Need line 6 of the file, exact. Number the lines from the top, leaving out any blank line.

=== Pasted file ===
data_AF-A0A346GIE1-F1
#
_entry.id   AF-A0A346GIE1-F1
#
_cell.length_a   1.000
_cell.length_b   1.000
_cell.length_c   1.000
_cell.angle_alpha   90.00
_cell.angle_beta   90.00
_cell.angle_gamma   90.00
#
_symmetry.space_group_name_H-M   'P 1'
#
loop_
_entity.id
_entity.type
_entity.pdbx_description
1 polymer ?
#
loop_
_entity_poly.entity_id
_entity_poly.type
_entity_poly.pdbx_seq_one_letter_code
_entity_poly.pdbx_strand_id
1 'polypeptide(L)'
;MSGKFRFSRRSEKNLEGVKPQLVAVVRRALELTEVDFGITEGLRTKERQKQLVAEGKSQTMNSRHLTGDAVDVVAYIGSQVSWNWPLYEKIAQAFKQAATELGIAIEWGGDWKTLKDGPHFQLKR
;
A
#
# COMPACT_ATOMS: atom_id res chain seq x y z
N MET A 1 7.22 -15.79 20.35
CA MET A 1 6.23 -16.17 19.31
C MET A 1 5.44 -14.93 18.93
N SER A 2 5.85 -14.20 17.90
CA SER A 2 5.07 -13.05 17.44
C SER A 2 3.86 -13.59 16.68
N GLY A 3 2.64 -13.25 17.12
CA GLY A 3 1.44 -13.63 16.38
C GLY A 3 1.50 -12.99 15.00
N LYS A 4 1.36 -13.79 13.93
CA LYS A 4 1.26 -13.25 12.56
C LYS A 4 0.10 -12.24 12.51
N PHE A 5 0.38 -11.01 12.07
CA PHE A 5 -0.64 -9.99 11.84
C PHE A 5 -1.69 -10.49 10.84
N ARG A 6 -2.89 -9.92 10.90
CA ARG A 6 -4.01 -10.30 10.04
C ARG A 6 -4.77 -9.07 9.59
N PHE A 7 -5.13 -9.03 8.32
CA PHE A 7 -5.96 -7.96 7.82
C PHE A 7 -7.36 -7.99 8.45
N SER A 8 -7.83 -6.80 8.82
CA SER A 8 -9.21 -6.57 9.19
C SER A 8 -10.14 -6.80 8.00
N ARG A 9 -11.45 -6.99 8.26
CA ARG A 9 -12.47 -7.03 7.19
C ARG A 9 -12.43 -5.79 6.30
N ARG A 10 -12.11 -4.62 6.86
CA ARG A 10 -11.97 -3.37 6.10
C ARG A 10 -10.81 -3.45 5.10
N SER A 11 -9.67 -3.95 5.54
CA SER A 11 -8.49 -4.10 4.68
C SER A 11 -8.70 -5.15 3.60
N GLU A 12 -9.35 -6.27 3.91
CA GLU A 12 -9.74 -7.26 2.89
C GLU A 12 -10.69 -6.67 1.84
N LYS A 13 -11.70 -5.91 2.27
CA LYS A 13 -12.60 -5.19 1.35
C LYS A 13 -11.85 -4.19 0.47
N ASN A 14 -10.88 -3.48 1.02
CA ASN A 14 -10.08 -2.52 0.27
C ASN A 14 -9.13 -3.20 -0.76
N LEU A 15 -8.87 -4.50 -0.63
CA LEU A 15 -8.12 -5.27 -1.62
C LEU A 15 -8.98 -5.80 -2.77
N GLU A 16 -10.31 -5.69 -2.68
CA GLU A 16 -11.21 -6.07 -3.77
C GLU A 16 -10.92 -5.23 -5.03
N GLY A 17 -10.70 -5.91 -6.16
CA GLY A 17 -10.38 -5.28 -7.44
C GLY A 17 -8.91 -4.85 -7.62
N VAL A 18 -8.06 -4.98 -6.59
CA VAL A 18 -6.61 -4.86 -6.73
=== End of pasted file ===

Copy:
_cell.length_b   1.000